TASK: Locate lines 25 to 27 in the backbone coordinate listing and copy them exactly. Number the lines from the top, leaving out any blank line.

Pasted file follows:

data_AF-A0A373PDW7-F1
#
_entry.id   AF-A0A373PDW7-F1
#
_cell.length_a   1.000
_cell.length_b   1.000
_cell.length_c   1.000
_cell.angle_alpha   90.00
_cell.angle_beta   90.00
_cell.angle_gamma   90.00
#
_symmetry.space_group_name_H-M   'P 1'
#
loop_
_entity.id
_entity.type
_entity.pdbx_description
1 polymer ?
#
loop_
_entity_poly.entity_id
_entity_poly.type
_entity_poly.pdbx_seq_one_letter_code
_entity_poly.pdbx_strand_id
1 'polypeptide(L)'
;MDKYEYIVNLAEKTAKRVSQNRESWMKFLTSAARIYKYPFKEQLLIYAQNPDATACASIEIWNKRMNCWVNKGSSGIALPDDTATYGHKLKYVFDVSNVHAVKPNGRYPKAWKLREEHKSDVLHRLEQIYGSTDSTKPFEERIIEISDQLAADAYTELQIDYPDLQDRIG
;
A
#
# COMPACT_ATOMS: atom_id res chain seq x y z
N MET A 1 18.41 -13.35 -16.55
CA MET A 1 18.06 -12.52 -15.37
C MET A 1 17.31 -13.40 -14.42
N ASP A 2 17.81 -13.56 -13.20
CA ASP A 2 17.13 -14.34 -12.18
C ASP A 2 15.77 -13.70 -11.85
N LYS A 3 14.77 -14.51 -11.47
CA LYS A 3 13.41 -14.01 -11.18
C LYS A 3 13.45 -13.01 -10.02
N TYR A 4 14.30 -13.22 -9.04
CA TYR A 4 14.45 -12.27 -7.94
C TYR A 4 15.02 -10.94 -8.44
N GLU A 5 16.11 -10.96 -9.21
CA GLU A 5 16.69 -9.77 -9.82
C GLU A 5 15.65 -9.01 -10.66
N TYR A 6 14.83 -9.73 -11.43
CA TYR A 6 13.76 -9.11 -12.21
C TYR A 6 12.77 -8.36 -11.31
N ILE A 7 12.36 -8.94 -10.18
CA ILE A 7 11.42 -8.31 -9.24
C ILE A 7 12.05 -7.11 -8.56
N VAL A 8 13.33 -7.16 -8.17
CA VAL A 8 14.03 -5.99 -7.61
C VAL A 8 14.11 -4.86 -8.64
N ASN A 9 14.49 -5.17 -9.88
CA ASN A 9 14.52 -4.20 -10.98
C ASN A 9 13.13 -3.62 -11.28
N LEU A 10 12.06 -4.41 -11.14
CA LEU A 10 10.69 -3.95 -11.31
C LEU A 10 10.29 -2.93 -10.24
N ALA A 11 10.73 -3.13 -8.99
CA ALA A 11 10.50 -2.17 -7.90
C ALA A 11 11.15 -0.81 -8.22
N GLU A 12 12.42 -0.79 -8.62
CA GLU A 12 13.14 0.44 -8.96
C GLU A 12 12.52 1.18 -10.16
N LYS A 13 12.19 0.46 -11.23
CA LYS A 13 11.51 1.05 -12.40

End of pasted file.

1 'polypeptide(L)'
;MDKYEYIVNLAEKTAKRVSQNRESWMKFLTSAARIYKYPFKEQLLIYAQNPDATACASIEIWNKRMNCWVNKGSSGIALPDDTATYGHKLKYVFDVSNVHAVKPNGRYPKAWKLREEHKSDVLHRLEQIYGSTDSTKPFEERIIEISDQLAADAYTELQIDYPDLQDRIG
;